Remember the early days of the Web? Everyone was using an Internet service provider that promised unique content along with your dial-up connection. Most of those companies are gone now, though AOL is still plugging along — albeit with the rest of the Internet giggling behind its back.
But what if AOL was really just ahead of its time?
Over time we all migrated from these online gated-communities and started using search engines to help us find everything we needed. The Web got bigger and more complicated and soon it became impossible to get anything done without leaning on a search engine like Google or a service like SmartBrief to get you were you need to go.
People are always better at finding interesting content than machines. So when social networks came along, we started using them to find content and now Chris Dannen is arguing that they’re pushing search engines into obsolescence. Facebook and Twitter are just some of the sites Dannen dubs “content silos,” arguing that these hub sites will dominate the scene in 2010, while search engines will fall into decline.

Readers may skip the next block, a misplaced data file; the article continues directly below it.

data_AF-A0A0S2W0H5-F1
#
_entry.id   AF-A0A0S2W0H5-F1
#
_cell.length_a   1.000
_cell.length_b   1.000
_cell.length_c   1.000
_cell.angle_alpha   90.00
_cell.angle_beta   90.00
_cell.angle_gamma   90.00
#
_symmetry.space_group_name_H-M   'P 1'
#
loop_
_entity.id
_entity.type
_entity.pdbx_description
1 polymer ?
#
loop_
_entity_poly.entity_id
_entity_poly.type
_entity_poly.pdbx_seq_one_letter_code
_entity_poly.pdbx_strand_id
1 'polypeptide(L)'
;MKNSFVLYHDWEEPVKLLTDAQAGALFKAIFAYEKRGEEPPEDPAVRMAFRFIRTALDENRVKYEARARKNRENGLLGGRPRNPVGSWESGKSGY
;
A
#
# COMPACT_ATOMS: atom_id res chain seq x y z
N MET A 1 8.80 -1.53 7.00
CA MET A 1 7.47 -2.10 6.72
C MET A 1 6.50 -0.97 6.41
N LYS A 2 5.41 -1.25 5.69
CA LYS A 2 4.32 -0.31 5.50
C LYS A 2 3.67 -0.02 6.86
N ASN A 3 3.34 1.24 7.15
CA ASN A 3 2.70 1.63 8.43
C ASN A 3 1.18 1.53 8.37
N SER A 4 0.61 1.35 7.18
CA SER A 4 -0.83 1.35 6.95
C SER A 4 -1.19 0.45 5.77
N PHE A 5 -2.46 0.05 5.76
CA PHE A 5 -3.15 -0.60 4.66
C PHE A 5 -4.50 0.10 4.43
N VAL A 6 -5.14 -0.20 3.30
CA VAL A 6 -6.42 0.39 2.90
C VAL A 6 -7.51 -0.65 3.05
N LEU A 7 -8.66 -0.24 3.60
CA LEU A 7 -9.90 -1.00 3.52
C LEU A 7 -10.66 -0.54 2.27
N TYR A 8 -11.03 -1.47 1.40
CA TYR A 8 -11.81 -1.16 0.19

I still think general interest social networks are too broad to replace a search engine. Facebook is great for finding nice-to-know content, but not so hot for when I need to know something. If social networks became more specialized, however, and I could go to one network for political information and another for music news, etc. — that could really put a hole in Google’s hull. But that also means businesses that spent the last five years figuring out how to game Google need to go back and decipher the mysteries of the content silo all over again.
Do search engines still matter? Are content silos just hype? Anybody out there still using AOL?
Image credit, spxChrome, via iStock